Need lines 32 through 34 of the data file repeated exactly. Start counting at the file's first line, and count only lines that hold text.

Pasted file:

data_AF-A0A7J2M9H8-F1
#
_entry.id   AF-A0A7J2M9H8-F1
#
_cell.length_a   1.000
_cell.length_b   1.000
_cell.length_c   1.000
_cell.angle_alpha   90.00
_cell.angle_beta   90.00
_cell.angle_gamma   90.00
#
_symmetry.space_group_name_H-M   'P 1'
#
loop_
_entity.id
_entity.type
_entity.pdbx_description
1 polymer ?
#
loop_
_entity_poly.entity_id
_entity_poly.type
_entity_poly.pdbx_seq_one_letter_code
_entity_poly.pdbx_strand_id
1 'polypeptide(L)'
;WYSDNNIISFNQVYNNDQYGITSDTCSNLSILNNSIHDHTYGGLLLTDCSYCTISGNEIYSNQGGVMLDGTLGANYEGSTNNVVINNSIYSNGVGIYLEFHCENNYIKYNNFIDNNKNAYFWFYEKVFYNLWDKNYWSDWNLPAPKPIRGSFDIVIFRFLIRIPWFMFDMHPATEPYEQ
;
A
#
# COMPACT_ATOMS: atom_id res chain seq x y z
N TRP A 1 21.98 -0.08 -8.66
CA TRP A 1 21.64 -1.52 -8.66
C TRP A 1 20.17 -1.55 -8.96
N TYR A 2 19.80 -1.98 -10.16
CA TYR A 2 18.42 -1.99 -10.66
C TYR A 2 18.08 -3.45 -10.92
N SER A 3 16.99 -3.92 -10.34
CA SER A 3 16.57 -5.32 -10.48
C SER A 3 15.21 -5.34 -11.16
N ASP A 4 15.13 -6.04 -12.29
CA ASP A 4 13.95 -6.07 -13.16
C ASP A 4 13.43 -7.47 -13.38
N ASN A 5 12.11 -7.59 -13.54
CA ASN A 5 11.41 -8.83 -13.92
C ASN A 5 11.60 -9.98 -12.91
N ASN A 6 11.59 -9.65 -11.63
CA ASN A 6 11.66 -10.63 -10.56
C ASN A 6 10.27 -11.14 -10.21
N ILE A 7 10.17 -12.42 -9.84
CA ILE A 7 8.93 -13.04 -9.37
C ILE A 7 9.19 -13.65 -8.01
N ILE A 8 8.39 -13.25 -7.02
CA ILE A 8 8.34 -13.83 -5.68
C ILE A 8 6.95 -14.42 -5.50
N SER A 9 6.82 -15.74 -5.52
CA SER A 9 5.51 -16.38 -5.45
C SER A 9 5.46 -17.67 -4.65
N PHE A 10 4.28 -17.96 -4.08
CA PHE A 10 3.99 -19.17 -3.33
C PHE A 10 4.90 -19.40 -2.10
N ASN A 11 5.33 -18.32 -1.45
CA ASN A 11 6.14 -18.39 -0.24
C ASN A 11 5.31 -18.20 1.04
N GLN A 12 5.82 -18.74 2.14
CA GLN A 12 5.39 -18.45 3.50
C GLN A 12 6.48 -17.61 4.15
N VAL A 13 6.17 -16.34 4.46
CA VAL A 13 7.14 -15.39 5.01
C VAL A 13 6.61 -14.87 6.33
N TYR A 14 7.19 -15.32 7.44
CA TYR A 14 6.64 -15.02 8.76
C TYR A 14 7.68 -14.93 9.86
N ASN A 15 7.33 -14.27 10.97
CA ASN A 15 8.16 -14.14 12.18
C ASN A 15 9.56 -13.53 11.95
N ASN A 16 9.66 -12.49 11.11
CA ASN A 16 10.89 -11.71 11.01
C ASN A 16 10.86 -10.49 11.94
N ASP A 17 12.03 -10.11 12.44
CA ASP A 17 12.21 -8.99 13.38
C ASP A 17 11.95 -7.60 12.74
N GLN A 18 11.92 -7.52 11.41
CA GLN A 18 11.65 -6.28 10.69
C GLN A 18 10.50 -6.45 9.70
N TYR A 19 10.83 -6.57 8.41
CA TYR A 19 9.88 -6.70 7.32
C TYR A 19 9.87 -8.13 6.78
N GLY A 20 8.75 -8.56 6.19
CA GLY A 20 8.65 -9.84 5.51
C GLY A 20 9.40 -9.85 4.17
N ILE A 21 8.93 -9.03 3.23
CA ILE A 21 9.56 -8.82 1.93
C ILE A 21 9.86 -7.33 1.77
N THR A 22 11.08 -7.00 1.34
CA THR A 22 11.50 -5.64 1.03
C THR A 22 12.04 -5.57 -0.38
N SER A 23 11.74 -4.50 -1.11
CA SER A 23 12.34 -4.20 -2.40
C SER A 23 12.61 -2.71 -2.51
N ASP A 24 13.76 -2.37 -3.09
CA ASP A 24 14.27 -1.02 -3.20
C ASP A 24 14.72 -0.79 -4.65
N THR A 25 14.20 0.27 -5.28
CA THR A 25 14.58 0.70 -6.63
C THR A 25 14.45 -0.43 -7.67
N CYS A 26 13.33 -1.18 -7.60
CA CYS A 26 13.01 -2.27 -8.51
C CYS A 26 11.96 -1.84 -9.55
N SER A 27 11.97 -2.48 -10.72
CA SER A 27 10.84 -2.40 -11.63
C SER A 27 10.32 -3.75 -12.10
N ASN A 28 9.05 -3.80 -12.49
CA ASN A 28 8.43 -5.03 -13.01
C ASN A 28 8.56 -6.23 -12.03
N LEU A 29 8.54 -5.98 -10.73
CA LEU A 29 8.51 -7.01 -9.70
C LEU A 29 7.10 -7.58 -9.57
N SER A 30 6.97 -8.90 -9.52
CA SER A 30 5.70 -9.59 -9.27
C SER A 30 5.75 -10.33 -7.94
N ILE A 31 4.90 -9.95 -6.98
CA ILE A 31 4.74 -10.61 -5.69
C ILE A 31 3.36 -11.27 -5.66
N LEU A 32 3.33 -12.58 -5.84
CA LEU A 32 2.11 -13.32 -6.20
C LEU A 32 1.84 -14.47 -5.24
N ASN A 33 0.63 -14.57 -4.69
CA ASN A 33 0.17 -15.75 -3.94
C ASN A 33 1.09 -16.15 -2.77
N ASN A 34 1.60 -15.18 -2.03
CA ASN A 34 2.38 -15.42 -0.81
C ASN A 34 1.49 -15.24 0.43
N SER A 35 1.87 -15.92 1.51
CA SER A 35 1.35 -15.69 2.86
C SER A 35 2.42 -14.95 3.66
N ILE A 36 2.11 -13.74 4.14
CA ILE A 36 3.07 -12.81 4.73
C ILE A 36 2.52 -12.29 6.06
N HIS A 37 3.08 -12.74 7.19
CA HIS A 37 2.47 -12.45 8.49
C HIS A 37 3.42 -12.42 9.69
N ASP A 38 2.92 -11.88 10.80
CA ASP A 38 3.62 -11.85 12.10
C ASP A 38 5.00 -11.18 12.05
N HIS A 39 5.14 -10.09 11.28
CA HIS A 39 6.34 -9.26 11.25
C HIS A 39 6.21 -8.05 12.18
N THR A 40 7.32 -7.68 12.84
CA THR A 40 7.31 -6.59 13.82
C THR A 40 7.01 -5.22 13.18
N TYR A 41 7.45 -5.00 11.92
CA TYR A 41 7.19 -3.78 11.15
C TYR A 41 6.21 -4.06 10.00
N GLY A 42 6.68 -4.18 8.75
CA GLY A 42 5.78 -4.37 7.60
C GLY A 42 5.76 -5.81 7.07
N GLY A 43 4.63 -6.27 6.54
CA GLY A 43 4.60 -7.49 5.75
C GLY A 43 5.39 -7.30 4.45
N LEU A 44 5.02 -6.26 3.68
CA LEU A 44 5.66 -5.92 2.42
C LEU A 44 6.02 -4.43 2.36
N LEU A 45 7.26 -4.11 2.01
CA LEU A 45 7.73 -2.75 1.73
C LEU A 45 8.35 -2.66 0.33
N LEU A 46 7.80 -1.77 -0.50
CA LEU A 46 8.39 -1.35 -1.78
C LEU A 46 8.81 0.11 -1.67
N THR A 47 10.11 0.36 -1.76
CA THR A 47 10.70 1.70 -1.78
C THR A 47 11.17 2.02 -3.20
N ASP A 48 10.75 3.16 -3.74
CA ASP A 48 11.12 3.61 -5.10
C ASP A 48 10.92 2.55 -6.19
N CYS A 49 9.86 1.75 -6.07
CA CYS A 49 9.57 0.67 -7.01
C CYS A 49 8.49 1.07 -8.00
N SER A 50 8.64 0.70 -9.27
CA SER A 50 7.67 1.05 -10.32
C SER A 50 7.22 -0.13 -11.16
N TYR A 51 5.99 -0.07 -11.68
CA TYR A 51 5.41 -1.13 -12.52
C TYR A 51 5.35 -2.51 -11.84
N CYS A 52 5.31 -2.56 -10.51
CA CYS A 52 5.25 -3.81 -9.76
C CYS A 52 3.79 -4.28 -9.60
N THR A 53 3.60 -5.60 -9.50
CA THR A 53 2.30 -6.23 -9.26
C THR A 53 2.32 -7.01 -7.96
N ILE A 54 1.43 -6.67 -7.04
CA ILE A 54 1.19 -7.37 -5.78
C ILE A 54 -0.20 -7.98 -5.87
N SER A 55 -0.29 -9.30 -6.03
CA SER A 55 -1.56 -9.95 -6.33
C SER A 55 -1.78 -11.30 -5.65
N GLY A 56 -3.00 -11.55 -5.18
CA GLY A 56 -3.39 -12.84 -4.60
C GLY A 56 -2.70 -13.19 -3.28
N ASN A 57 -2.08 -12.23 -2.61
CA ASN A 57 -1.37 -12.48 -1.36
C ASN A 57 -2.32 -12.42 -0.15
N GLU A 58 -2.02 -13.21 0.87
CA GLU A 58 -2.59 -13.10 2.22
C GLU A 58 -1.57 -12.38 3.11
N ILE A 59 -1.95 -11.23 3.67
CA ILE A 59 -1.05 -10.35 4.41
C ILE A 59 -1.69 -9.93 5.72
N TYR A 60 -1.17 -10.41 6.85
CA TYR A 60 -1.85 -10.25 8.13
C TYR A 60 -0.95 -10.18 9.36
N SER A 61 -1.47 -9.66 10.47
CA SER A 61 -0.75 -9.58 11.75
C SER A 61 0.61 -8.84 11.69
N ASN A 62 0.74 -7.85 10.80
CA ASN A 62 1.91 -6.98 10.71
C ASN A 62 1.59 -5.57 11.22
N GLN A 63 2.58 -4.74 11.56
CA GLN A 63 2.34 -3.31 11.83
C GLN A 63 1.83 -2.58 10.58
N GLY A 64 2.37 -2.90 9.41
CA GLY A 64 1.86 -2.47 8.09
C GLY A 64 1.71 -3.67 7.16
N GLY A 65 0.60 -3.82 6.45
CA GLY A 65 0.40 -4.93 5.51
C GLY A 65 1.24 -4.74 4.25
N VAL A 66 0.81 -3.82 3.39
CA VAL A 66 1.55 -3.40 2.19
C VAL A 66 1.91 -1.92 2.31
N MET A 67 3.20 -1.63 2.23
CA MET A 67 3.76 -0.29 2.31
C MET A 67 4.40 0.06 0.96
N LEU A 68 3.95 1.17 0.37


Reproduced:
CA TRP A 1 21.64 -1.52 -8.66
C TRP A 1 20.17 -1.55 -8.96
N TYR A 2 19.80 -1.98 -10.16